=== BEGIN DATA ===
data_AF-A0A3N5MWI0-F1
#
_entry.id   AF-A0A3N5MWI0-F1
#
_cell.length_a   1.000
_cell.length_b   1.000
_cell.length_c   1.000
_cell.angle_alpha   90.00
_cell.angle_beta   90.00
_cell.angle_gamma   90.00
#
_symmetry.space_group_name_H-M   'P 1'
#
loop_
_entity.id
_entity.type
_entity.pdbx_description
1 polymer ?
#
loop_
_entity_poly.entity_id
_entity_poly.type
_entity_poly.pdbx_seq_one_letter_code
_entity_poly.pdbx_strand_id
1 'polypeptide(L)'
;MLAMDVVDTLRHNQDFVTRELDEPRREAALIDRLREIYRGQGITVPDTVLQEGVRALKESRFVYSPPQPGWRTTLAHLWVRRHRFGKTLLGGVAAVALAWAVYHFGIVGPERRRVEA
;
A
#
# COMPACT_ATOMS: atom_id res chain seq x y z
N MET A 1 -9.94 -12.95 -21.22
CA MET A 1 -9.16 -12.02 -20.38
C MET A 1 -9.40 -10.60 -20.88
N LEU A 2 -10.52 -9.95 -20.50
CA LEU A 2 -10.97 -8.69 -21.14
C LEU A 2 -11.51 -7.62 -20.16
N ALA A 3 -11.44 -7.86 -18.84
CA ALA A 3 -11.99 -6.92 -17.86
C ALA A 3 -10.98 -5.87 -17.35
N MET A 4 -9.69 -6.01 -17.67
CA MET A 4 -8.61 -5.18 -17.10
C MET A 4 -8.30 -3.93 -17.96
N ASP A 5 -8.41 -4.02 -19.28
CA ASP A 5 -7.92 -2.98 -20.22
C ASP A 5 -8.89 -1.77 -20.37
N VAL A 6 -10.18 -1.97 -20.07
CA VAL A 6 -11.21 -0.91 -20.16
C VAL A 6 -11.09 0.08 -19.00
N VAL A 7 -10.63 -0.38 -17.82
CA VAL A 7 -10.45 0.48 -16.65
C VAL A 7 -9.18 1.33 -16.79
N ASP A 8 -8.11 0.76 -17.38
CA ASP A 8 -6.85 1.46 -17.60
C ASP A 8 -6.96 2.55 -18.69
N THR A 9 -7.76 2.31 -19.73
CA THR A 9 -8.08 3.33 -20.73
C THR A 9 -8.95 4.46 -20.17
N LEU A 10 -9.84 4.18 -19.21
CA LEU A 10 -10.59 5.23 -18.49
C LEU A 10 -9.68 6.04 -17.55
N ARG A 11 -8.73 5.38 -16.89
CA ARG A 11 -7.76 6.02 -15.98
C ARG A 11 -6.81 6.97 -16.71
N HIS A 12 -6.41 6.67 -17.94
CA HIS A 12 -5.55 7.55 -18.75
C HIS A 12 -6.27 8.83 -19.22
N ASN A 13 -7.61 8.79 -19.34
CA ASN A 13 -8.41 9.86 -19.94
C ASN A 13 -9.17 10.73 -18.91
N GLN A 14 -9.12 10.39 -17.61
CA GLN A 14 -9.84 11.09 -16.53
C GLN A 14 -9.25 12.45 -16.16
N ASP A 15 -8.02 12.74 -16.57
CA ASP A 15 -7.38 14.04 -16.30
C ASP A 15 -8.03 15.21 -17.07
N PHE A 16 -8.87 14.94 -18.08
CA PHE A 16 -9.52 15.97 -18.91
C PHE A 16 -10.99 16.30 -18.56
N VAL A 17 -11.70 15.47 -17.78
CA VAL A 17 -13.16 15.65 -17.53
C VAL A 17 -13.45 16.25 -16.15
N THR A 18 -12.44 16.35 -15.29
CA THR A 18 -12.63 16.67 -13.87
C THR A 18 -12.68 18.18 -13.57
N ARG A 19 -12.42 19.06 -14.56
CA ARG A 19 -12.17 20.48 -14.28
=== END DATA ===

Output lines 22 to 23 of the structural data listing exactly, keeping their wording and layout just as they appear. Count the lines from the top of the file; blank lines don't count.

_entity_poly.type
_entity_poly.pdbx_seq_one_letter_code